A taxonomy of problems in arabic-english Translation: a systemic functional Linguistics approach Tawffeek abdou
Mohammed, Tawffeek Abdou Saeed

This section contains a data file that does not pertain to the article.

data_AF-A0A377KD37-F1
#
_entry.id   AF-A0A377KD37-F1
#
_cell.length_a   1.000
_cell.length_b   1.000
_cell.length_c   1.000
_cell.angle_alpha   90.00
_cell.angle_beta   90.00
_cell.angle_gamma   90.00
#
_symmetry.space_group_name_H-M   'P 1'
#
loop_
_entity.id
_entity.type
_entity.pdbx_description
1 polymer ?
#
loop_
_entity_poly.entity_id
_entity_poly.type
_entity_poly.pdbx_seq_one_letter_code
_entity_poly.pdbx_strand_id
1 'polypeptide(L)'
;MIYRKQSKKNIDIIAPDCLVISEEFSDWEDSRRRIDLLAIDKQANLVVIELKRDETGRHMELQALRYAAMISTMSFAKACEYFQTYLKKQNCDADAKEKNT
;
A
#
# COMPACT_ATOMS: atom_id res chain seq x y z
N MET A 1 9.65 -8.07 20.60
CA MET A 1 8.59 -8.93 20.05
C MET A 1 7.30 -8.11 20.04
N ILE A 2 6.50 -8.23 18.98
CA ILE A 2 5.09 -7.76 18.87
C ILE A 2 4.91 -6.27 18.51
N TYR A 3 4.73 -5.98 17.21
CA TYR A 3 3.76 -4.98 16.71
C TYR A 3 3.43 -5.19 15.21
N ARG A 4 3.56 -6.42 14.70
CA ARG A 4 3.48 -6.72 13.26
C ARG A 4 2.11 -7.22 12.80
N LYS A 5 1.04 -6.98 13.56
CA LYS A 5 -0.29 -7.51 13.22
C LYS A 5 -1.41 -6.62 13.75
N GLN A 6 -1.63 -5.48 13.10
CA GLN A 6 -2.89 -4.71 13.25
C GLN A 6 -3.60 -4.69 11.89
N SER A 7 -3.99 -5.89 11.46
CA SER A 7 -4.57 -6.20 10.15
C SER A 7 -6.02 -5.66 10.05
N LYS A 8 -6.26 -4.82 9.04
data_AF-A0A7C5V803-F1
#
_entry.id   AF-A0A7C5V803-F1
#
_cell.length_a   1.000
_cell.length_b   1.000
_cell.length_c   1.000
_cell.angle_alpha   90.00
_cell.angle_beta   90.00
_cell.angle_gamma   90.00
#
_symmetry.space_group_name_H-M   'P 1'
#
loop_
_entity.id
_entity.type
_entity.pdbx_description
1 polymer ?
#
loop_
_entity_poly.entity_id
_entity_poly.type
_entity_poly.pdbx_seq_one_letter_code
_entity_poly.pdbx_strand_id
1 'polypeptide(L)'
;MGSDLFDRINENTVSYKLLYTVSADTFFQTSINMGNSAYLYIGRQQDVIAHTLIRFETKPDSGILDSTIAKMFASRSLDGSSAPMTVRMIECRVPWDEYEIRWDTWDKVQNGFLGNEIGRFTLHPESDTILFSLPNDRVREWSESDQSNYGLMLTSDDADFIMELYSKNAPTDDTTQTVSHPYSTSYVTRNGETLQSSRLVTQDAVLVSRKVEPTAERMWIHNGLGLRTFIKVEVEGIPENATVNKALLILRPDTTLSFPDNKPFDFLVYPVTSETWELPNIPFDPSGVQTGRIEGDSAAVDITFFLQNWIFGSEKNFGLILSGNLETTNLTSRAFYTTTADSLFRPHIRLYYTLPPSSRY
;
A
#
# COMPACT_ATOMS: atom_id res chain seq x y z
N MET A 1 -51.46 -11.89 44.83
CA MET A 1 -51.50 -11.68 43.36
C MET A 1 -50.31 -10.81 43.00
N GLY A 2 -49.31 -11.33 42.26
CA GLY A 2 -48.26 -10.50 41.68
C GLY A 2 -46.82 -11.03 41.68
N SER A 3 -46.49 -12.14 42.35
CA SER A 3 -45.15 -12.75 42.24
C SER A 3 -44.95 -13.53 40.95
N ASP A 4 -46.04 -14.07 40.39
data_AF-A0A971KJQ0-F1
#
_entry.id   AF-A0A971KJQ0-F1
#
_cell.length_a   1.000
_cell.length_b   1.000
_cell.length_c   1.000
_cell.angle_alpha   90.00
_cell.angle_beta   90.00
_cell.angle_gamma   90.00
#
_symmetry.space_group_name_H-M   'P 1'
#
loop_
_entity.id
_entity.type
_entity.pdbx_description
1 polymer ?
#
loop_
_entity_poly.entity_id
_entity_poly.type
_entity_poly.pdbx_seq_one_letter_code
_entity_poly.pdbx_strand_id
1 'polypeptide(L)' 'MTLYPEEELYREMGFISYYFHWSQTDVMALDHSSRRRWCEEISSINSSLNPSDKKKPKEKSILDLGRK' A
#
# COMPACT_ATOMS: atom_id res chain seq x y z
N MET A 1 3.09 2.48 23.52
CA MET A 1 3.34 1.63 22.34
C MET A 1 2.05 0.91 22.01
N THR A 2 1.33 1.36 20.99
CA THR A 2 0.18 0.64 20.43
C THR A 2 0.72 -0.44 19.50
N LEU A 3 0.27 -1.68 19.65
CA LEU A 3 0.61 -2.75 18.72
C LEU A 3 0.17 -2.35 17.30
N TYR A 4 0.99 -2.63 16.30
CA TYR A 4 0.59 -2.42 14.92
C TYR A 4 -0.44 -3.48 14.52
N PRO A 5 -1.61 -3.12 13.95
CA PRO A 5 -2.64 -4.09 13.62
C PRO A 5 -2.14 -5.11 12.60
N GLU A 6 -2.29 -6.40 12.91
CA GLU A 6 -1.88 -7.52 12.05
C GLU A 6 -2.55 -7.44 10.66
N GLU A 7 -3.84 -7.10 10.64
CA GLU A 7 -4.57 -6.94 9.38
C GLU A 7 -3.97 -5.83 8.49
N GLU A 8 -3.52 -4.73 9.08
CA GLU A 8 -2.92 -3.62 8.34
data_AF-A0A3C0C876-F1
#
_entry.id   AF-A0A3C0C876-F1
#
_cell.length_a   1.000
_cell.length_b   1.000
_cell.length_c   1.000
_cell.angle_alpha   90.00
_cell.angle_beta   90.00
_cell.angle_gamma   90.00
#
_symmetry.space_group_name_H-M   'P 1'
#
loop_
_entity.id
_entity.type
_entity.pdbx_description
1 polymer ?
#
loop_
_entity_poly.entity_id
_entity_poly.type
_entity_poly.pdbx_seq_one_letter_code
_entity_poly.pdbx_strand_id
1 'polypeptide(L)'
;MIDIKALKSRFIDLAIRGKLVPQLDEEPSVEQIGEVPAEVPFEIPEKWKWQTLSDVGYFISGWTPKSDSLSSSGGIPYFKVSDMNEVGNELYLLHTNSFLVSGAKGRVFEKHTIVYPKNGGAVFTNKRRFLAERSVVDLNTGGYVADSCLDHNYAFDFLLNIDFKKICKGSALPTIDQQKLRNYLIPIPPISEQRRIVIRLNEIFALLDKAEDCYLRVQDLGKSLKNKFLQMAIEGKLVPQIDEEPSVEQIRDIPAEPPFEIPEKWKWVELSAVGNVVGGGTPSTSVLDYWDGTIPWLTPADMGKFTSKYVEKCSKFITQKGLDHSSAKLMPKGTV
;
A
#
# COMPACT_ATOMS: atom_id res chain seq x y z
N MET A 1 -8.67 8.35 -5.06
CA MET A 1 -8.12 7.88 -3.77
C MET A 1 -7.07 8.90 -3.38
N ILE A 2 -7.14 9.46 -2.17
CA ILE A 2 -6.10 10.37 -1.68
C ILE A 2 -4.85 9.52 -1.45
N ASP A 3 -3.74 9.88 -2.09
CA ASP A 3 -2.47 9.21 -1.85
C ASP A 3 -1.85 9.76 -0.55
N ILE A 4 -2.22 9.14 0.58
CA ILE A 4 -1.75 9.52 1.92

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Working with Arab students pursuing a degree in English Language and Translation at the Taiz University, Republic of Yemen, has brought to the researcher‟s attention a number of errors or problems encountered in Arabic to English translation. This study aims to investigate the problems encountered by student translators (STs), novice translators (NTs) as well as more experienced translators (Ts) while translating from Arabic into English. The study starts with the assumption that Arabic and English belong to different families of languages and thus there is rarely a word-for-word equivalence in both languages. The present study is cross-sectional in nature. It is based on empirical data collected from several categories of translators. In other words, the data was collected from fourth-year students in the department of English and Translation in the Faculty of Arts, Taiz University, as well as five NTs who have previously graduated from this department and are currently working in a number of accredited translation offices in Taiz. The study also investigates the challenges faced by Ts. For this purpose, a novel, a tourist brochure, an editorial, and three academic abstracts all translated by established publishing houses and translation centres in and outside Yemen are examined. These texts are analyzed to determine to what extent the problems faced by STs and NTs reoccur in published translations produced by Ts. For its conceptual framework, the study adopts an eclectic approach that does not stick rigidly to a particular paradigm but rather draws upon multiple linguistic and translation theories. However, it is mainly based on Halliday‟s Systemic Functional Grammar (SFG) and the problems have been classified along his taxonomy of meaning metafunctions into ideational, interpersonal and textual. Extra-textual problems are also analyzed. Several SFG-based translation models such as Hatim and Mason‟s (1990) sociometic model, House‟s (1977, 1997) translation quality assessment model, Hervey et al. (1992) register analysis model and Baker‟s (1990) equivalence model are also employed in the study to help the researcher examine the problems encountered in Arabic-English translation within those four categories. In addition, Nord‟s functional model to translation which is based on Skopos theory is also taken into consideration although to a minimum extent. In addition to the analysis of translations produced by various categories of translators, the study uses several triangulation research tools such as questionnaire, Thinking Aloud Protocols (TAPs), retrospective interviews, and classroom observation. These tools are employed to assist the researcher to identify the possible causes for the problems the STs, NTs, and Ts experience from the perspective of the participants themselves. The current translation programme at Taiz University is also analyzed to determine to what extent it contributes to the poor performance of the student translators and would-be translators. The study concludes that STs, NTs and even Ts encounter several problems at the ideational, interpersonal and textual levels. They also encounter problems at the extra-textual stratum. The study attributes these problems to structural and cultural differences between the two languages, the reliance on the dictionary rather than the meaning in use of lexical items, the differences in the cohesion and coherence systems of Arabic and English, the negligence of the role of context in translation as well as unfamiliarity with text-typologies and genre conventions. In other words, participants follow a bottom-up approach in translation and come close to the source text translating it literally. This approach is very damaging because it ignores the fact that the three metafunctions might be realized differently in the two languages. Furthermore, the study concludes that the manner in which translation is taught at Taiz University as well as the syllabus contribute mainly to the lack of translation competence of the student translators and would-be translators. The programme is inadequate and it needs urgent review and improvements. The present syllabus does not keep abreast with the latest theoretical and practical developments in the discipline of translation as well as neighbouring disciplines such as contrastive linguistics, text-analysis, discourse analysis, corpus linguistics and the like. As for methodology, the study concludes that it is the transmissionist (teacher-centred) teaching approach rather than the transformational (learner-centred) which is commonly used in teaching translation. As a result, the read-and-translate approach dominates the scene and no tasks, activities, or projects are given to the STs. The study provides some recommendations, which if implemented, can be useful in enabling Yemeni and Arab universities to improve the competence among student translators in order to improve translation teaching at academic level. A major contribution of this study is the description and classification of translation problems in Arabic-English translation on the basis of meaning systems. Unlike traditional descriptive error analysis, which is widely used to analyze the translation product, SFG-based text analysis provides a systematic description of translation problems which allows a precise articulation of the nature of problems that would otherwise be explained simply as translations which “sound unnatural or awkward” (Kim 2008; Yallop 1999). As far as the researcher knows, no study in the Arab world has yet tackled translation problems from this perspective. Other studies have tackled deviated forms produced by students or translators using an error analysis technique rather than a holistic approach based on solid theoretical knowledge. In other words, while most other studies focused on specific „errors‟ and error analysis and ended at that, the present study does not only looks at „errors‟ as „difference‟ (from contrastive analysis) but rather from several perspectives. It is also more comprehensive by triangulating several sources of data and pooling them together for a more informed understanding.